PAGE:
The scientists found that regular injections of RNAi mixed with the rabies virus fragment shut down genes in around half of the cells in the animals' brains and stopped the disease from spreading. Of the mice that received injections, 80% were cured, while all of the mice that were untreated died, the team report in Nature.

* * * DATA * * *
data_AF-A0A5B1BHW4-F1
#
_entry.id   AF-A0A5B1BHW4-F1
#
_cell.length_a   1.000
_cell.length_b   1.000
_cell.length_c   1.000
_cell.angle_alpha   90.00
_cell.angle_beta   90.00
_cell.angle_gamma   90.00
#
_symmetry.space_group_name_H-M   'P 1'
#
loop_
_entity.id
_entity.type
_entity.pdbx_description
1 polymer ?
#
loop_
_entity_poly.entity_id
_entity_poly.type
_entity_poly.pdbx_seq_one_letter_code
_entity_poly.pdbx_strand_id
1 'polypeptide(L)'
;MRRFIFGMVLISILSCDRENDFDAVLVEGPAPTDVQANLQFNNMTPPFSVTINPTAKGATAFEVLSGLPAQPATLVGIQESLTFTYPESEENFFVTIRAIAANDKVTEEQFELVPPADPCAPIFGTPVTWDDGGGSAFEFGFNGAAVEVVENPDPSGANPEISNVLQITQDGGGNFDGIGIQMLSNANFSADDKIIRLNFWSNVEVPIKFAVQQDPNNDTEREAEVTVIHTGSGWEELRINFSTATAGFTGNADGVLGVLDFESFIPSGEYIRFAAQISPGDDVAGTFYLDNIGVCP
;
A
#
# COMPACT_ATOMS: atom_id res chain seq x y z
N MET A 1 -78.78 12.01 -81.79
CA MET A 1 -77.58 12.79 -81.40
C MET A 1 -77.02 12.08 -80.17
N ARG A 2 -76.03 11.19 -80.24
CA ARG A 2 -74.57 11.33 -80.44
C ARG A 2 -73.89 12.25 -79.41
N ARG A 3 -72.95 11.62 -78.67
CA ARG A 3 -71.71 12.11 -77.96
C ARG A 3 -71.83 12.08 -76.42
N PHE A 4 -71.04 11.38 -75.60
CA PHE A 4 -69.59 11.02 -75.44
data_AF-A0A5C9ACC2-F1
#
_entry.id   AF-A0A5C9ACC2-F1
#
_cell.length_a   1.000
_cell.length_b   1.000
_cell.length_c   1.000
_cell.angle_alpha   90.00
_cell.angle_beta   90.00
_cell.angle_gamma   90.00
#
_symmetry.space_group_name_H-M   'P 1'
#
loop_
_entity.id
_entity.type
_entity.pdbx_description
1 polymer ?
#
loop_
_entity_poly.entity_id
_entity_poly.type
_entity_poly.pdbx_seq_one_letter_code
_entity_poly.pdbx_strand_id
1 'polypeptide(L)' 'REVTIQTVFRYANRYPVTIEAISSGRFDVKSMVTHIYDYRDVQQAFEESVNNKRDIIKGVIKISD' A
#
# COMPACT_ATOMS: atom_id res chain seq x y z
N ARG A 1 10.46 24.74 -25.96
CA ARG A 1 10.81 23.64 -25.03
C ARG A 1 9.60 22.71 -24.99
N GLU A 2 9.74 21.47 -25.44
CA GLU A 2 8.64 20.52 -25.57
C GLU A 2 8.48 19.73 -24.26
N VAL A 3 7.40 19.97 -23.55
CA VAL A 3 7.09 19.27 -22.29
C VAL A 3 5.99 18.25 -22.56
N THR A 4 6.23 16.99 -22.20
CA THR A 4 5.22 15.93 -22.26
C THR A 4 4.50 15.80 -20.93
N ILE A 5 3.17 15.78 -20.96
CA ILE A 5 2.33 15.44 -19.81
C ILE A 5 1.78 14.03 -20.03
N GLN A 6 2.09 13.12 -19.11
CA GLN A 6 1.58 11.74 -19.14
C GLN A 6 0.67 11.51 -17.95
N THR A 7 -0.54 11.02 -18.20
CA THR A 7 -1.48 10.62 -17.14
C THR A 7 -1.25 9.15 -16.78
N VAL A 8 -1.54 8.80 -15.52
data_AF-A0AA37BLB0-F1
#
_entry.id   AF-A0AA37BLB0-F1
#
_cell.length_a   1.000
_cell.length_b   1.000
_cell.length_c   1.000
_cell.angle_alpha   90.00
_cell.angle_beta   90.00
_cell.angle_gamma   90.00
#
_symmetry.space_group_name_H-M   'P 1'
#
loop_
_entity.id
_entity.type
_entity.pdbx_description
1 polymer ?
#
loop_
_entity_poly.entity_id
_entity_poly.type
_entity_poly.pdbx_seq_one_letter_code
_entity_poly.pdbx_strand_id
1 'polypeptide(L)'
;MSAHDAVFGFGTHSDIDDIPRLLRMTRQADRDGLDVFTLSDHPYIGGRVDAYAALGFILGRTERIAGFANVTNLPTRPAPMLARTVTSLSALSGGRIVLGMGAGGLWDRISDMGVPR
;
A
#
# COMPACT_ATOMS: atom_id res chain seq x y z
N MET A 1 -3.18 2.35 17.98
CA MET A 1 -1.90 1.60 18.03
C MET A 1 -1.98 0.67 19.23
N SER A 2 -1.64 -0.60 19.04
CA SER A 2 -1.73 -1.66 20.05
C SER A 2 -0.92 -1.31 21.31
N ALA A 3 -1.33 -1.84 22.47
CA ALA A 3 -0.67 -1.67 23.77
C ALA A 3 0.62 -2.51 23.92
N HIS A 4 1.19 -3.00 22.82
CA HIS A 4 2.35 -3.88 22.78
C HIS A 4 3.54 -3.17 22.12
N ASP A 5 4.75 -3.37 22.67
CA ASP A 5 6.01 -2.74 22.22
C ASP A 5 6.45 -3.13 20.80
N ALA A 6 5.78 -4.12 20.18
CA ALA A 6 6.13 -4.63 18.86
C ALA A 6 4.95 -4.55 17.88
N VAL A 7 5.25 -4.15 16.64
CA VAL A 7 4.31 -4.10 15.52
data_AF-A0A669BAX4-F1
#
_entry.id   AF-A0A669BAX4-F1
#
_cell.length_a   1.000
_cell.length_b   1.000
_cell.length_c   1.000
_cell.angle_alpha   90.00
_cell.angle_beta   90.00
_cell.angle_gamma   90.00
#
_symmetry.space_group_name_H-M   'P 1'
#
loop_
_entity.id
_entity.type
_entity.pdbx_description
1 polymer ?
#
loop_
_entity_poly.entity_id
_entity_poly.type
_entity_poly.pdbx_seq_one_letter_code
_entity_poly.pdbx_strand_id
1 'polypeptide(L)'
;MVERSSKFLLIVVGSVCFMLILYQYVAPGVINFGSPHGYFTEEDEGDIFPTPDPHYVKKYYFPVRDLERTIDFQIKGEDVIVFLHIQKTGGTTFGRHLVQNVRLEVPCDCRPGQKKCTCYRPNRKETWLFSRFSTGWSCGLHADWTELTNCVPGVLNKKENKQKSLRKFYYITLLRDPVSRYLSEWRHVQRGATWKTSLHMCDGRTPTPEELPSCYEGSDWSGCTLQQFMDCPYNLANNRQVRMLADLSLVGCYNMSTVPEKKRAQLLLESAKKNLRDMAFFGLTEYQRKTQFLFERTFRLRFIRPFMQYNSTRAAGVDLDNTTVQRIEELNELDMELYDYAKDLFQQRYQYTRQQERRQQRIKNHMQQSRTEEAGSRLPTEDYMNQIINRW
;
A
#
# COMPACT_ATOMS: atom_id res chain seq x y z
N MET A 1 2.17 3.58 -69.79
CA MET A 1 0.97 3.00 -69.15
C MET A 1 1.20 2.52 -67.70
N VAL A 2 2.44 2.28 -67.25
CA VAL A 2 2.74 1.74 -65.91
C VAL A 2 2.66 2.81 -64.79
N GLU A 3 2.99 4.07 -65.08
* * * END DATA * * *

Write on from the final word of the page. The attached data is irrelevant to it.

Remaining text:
Therapies based on RNA interference have become the next great hope for medicine, and a large number are either in or about to start early clinical trials in humans.
Research brings hope of curing brain disease Special reports Guardian Unlimited
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